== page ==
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Interaction of Medical Conditions and Football Exposures Associated with Premortem Chronic Traumatic Encephalopathy Diagnosis in Former Professional American Football Players

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Background and Objective

Despite being a postmortem diagnosis, former professional American-style football players report receiving chronic traumatic encephalopathy (CTE) diagnoses from medical care providers. However, many players also report other health conditions that manifest with cognitive and psychological symptoms. The purpose of this study was to identify how medical conditions, psychological disorders, and football exposure combinations are associated with former athletes reporting a premortem CTE diagnosis.


This study was a cross-sectional cohort survey from 2015 to 2019 of 4033 former professional American-style football players. Demographics (age, race, domestic status, primary care recipient), football-related factors (position, years of professional play, burden of symptoms following head impacts, performance-enhancing drug use), and comorbidities (sleep apnea, psychological disorder status [depression and anxiety; either depression or anxiety; neither depression nor anxiety], diabetes mellitus, attention-deficit/hyperactivity disorder, hypertension, heart conditions, high cholesterol, stroke, cancer, low testosterone, chronic pain, current and maximum body mass index) were recorded. A Chi-square automatic interaction detection (CHAID) decision tree model identified interactive effects between demographics, health conditions, and football exposures on the CTE diagnosis.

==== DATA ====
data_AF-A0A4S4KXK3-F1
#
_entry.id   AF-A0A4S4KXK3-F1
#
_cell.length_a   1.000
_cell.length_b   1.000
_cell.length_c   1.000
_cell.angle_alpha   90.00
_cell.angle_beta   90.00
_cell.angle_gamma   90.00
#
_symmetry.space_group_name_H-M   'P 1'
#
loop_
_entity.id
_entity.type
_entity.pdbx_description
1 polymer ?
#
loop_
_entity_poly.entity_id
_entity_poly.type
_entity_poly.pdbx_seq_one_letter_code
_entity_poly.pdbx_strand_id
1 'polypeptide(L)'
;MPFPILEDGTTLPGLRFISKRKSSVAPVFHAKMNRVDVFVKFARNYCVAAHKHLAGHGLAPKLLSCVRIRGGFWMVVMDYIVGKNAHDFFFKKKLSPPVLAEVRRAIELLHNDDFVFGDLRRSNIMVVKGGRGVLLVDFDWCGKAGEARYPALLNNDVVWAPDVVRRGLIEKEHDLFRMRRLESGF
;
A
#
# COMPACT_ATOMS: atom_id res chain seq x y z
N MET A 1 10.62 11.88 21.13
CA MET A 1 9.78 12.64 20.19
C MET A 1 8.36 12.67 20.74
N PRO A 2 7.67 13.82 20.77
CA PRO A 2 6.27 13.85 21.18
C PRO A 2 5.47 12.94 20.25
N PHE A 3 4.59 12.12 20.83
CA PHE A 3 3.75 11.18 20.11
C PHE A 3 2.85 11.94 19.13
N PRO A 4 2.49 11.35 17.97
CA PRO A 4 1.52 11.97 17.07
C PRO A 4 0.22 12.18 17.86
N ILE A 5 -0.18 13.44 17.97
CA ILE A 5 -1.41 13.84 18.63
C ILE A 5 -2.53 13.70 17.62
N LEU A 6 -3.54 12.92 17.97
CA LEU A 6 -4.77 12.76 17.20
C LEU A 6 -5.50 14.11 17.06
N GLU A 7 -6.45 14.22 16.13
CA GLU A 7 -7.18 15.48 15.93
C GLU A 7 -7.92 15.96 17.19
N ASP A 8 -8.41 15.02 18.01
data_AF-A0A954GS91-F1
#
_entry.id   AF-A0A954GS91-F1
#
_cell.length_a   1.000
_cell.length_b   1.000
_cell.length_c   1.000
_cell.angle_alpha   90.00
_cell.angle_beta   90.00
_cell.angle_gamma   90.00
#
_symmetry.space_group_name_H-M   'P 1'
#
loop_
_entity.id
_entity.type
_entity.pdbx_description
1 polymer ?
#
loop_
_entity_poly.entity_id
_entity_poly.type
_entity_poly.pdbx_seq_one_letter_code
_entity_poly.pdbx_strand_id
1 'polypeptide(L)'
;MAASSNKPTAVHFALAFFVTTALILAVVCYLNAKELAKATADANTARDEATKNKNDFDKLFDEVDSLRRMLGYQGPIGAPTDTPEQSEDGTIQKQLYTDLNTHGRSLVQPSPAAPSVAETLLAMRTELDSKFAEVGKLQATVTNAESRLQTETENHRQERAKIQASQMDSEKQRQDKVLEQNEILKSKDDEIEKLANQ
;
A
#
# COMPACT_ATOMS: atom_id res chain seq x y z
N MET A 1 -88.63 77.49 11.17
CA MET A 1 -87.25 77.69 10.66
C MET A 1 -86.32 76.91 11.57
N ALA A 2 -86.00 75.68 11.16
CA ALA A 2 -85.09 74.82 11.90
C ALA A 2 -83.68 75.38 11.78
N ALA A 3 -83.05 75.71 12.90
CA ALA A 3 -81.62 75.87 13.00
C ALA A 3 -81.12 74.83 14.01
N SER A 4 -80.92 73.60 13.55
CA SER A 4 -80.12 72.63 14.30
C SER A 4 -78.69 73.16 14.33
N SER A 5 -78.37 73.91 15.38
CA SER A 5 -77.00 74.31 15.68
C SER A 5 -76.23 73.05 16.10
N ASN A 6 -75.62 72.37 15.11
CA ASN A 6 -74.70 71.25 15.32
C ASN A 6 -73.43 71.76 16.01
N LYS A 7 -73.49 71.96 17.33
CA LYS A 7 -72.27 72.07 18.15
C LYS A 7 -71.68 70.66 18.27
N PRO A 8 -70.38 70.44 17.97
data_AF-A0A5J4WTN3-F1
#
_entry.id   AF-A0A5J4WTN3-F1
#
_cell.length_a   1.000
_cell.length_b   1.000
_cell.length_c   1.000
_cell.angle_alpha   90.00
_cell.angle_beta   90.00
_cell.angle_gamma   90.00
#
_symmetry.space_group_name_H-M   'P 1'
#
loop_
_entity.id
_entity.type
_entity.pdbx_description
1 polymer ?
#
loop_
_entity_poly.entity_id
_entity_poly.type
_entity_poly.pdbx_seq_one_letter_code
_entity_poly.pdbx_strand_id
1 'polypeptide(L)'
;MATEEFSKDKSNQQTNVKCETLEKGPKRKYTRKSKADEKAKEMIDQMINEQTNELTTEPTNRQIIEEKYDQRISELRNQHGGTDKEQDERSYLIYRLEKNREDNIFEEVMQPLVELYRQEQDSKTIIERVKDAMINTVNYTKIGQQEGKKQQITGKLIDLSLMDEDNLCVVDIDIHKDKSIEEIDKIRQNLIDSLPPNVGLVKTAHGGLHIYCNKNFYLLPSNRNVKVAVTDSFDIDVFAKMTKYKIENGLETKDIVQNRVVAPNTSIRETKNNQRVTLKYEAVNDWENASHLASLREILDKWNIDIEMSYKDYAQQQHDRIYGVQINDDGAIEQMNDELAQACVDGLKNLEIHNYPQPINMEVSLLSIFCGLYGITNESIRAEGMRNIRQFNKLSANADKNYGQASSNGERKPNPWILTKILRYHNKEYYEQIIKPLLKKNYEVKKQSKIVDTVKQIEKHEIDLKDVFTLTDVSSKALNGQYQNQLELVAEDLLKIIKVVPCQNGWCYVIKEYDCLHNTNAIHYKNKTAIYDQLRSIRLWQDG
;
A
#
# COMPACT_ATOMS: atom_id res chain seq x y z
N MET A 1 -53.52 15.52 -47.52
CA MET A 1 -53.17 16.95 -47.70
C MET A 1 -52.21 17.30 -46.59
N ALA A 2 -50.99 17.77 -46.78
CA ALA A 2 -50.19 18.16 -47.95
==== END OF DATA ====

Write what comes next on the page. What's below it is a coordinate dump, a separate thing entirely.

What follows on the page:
Depression showed the strongest univariate association with premortem CTE diagnoses (odds ratio [OR] = 9.5, 95% confidence interval [CI] 6.0–15.3). CHAID differentiated participants with premortem CTE diagnoses with 98.2% accuracy and area under the curve = 0.81. Participants reporting both depression and anxiety were more likely to have a CTE diagnosis compared with participants who reported no psychological disorders (OR = 12.2; 95% CI 7.3–21.1) or one psychological disorder (OR = 4.5; 95% CI 1.9–13.0). Sleep apnea was also associated with a CTE diagnosis amongst those with both depression and anxiety (OR = 2.7; 95% CI 1.4–5.2).


Clinical phenotypes including psychological disorders and sleep apnea were strongly associated with an increased likelihood of having received a pre-mortem CTE diagnosis in former professional football players. Depression, anxiety, and sleep apnea produce cognitive symptoms, are treatable conditions, and should be distinguished from neurodegenerative disease.

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Authors and Affiliations


Corresponding author

Correspondence to Shawn R. Eagle.

Ethics declarations